The hardest part of learning guitar? Sticking to it.
Why don't we achieve the goals we set out to accomplish? Despite our best intentions, we lose steam when things get too difficult or life gets in the way.
This guitar course works to solve both of those problems by offering small daily tasks that won't overwhelm you.
For busy people, the biggest challenge in learning a new skill is simply not quitting. We quit things when they are too hard and we don't see progress. The idea of this course is that it's "unquittable" - the daily tasks are so small that you'll have no problem doing them. After a month, you'll have the skills, confidence, and momentum to continue.
Kaizen is a practice of continuous improvement that helps you create big change by making tiny advancements over time. For example, if I wanted to start doing abdominal crunches before bed every day, I might start by simply lying on the floor on my back one night. On a subsequent night, I might do one crunch. Over time, I can build a new habit and a new skill by adding something that seems like nothing.
On the one hand, this seems impossibly slow. But slow progress is infinitely better than no progress.
A piece of paper weighs almost nothing by itself, but a ream of 500 sheets is substantial. It all adds up.
Are you ready to learn? Sign up now, or read on for your first lesson.
Pick up the guitar. Hold it so that you look more or less like this:
Your right hand is the one that plucks the strings. You can either use your fingers or a pick. If you use a pick, hold it between your thumb and index finger as though it's an extension of your thumbnail.
The strings have both names and numbers. The first string is the skinniest one, the one closest to the floor. The sixth string is the thickest one. Find the second string. This is B.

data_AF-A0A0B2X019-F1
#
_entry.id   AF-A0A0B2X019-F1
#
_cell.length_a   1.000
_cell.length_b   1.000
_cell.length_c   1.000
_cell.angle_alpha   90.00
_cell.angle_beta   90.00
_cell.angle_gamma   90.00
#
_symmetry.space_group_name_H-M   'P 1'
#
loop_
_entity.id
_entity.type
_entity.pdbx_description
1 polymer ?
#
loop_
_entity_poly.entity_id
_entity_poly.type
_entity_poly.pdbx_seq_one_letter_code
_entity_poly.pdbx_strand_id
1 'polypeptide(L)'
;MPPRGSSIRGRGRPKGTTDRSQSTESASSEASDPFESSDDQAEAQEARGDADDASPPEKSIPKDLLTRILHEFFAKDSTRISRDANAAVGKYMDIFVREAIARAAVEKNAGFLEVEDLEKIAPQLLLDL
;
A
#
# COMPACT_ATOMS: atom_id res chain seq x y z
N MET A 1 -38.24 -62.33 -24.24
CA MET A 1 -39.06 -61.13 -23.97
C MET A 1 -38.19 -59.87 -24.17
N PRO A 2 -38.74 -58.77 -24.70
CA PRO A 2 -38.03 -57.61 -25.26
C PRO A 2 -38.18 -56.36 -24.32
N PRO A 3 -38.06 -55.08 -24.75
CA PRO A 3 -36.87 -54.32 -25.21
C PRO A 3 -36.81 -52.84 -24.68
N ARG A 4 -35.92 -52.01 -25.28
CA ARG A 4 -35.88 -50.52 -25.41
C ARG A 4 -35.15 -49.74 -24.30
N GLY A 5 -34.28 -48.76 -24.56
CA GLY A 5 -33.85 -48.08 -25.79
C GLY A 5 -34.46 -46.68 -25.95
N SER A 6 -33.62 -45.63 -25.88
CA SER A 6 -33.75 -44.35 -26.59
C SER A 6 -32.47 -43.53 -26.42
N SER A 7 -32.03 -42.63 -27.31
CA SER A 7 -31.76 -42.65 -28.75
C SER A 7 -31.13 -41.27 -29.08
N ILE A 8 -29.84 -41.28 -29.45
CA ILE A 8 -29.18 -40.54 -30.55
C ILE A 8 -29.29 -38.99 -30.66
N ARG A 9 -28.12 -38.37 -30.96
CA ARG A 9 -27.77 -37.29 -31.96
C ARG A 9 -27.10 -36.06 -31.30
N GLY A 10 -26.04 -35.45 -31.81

Now, pluck the second string with your thumb or a pick. Pluck down over the sound hole.
There are a couple of different ways to do this. First, let your pick (or your finger) come to rest on the first string (the one closest to the floor). This is called rest stroke.
Next, let your finger or pick move in a circular motion downward across the string and back to where you started. This is called free stroke.
Throughout this course, you can use either rest stroke or free stroke or a combination of both.
The second string is B. We just played "open B." It's open because we're not using our left hand at all.
Can you sing a B? See if you can match, with your voice, the pitch you're playing. Sing "mi" (as in "do re mi").
Okay, so that's it! That's Lesson One! Did it leave you wanting more? Was it easy enough for a child to do? That's the whole point.
Believe it or not, you can learn guitar this way - just by doing a tiny bit each day and not quitting. Sure, it's possible to move faster, but more is not necessarily better. More is only better when you're feeling confident and capable.
This first Kaizen Guitar course consists of thirty lessons, doled out over thirty days. Sign up below to enroll!